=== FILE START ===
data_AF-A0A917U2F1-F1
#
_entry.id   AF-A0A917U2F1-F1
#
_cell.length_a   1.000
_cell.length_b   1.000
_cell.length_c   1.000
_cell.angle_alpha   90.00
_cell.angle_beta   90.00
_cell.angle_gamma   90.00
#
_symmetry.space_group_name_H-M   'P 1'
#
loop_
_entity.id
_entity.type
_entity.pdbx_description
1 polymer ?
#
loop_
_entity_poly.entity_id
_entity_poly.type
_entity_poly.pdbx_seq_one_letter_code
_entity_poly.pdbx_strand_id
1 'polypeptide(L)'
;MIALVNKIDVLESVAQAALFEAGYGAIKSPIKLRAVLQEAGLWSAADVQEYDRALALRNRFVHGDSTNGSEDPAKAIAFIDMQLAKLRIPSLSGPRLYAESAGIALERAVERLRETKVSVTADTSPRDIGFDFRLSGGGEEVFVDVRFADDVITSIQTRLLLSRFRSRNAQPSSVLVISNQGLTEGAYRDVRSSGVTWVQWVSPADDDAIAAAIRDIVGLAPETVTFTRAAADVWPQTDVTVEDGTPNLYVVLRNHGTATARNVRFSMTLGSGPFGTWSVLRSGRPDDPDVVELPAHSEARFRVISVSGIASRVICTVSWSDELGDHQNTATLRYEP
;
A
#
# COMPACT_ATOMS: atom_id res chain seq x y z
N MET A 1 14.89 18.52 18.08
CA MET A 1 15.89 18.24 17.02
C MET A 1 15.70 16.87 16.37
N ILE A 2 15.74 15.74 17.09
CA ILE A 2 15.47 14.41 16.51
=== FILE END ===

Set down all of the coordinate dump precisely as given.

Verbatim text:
data_AF-A0A917U2F1-F1
#
_entry.id   AF-A0A917U2F1-F1
#
_cell.length_a   1.000
_cell.length_b   1.000
_cell.length_c   1.000
_cell.angle_alpha   90.00
_cell.angle_beta   90.00
_cell.angle_gamma   90.00
#
_symmetry.space_group_name_H-M   'P 1'
#
loop_
_entity.id
_entity.type
_entity.pdbx_description
1 polymer ?
#
loop_
_entity_poly.entity_id
_entity_poly.type
_entity_poly.pdbx_seq_one_letter_code
_entity_poly.pdbx_strand_id
1 'polypeptide(L)'
;MIALVNKIDVLESVAQAALFEAGYGAIKSPIKLRAVLQEAGLWSAADVQEYDRALALRNRFVHGDSTNGSEDPAKAIAFIDMQLAKLRIPSLSGPRLYAESAGIALERAVERLRETKVSVTADTSPRDIGFDFRLSGGGEEVFVDVRFADDVITSIQTRLLLSRFRSRNAQPSSVLVISNQGLTEGAYRDVRSSGVTWVQWVSPADDDAIAAAIRDIVGLAPETVTFTRAAADVWPQTDVTVEDGTPNLYVVLRNHGTATARNVRFSMTLGSGPFGTWSVLRSGRPDDPDVVELPAHSEARFRVISVSGIASRVICTVSWSDELGDHQNTATLRYEP
;
A
#
# COMPACT_ATOMS: atom_id res chain seq x y z
N MET A 1 14.89 18.52 18.08
CA MET A 1 15.89 18.24 17.02
C MET A 1 15.70 16.87 16.37
N ILE A 2 15.74 15.74 17.09
CA ILE A 2 15.47 14.41 16.51